Tuesday, May 04, 2010

Spooner by Pete Dexter

Pete Dexter’s new novel, Spooner, takes me back to the glory days of newspapers in the Philadelphia of my youth. The morning Inquirer and The Evening Bulletin, which my father brought with him every night as he came off the 5th street trolley from downtown, were sandwiched around the afternoon Daily News for the blue collar/sports-minded crowd. Pete Dexter wrote a column for this paper before leaving journalism to write fiction. This is his seventh novel along with a book of his newspaper columns.

Although originally from Michigan, Dexter has the voice of a Philadelphian when telling stories set in The City of Brotherly Love -- which is mostly true, except for when the Eagles, Flyers, Sixers, and Phillies host out-of-town teams. I remember one incident when sports fans booed Santa Claus and pelted him with snowballs during the final Eagle’s game of the 1968 season. Dexter’s characters have that quirky, interesting, volatile, and highly recognizable aura of Philadelphia about them.

Spooner kept me turning pages. As in all his works, Dexter sprinkles funny situations and comic utterances by his characters throughout, and let’s not forget his sometimes dark humor -- especially Chapter 85. The novel also has its poignant moments, however.

Dexter tells the story of Spooner, a misfit child whose father dies when he is quite young. Spooner’s mother remarries, and the novel largely revolves around the relationship between Spooner and his step-dad.

Near the end, Dexter writes,

“Spooner, a man by now of some reputation for going his own way, who had over the years taken pretty dramatic steps to be seen that way, craved the good opinion of his stepfather more than he could ever admit, and felt the chance to find out where he stood with him slipping away.” (442)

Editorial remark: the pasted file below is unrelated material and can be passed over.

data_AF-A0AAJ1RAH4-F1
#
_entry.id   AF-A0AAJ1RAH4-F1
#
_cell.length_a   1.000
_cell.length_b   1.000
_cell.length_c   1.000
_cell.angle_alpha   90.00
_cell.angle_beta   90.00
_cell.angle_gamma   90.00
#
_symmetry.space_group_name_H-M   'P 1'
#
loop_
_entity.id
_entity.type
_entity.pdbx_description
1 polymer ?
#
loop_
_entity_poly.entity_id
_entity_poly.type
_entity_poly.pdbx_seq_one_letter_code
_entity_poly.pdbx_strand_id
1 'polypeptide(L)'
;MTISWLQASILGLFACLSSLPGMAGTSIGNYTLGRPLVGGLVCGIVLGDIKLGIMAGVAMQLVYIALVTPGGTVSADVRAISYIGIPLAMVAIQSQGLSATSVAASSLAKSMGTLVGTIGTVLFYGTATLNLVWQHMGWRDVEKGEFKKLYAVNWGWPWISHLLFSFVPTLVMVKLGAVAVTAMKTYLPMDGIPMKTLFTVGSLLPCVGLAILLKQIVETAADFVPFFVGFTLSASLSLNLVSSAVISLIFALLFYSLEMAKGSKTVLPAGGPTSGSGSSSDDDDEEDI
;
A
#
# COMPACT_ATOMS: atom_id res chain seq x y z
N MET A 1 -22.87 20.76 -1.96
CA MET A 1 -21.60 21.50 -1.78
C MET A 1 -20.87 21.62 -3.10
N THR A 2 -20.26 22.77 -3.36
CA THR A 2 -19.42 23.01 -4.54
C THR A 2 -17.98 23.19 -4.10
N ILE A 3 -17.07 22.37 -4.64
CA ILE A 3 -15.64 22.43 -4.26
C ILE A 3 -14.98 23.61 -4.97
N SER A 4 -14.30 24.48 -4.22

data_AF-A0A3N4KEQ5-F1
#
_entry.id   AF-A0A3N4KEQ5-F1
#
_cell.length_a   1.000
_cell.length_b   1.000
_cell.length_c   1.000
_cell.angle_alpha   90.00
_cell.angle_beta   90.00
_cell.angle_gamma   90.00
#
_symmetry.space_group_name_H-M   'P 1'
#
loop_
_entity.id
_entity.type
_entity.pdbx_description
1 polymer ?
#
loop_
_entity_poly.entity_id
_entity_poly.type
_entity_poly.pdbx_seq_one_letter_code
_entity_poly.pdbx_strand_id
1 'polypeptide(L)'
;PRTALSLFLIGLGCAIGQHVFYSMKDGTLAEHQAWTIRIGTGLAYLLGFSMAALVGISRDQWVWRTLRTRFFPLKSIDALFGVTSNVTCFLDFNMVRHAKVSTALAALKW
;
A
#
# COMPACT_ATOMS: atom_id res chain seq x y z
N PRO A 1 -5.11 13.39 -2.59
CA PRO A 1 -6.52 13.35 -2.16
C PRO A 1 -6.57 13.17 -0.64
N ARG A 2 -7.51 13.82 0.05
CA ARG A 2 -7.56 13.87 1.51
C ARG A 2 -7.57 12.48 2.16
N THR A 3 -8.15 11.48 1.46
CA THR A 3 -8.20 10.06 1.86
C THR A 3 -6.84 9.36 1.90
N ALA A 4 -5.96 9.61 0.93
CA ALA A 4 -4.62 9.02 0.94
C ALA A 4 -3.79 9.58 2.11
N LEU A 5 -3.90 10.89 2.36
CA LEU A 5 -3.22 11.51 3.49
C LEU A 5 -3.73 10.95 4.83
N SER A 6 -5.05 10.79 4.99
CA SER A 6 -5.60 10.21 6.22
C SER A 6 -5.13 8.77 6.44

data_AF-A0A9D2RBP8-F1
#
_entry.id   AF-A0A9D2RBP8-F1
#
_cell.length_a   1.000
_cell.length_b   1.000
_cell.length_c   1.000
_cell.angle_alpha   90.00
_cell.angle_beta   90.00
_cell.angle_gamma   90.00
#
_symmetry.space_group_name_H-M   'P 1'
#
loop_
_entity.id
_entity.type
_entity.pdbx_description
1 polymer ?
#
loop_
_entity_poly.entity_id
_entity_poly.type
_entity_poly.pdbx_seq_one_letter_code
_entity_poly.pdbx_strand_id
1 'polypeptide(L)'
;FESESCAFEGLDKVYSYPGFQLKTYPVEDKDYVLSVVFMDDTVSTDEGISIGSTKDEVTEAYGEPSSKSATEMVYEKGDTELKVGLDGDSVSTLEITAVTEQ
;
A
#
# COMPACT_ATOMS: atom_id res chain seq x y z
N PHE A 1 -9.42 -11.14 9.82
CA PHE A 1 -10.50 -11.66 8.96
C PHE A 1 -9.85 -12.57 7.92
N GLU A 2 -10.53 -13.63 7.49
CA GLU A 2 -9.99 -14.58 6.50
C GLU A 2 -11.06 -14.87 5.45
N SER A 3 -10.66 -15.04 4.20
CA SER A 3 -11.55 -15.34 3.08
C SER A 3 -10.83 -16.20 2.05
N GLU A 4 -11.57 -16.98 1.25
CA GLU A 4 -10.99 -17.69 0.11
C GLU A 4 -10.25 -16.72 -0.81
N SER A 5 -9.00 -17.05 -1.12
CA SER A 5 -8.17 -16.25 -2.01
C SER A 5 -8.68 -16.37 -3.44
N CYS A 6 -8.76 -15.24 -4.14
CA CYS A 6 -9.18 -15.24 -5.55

Dexter always takes me on a tour of familiar places in Philly -- Center City, the fictional, but all too recognizable “God’s Pocket district, and even Dirty Frank’s, a legendary bar near the Inquirer/Daily News building that was a favorite hangout of reporters. The narrator sounds like a cynical, observant reporter on the trail of an interesting story.

Although he denied being autobiographical during an interview when the book came out a few of months ago, numerous incidents in Spooner’s life match Dexter’s biography -- even down to the title of one of Spooner’s novels, Deadwood. The HBO series of a couple of years ago was based on Dexter’s Deadwood.

If you have never read Dexter, start with his National Book Award winner, Paris Trout. If you love newspapers and reporting as I do, you will want to read all of his works. Five Stars

--Chiron, 5/3/10

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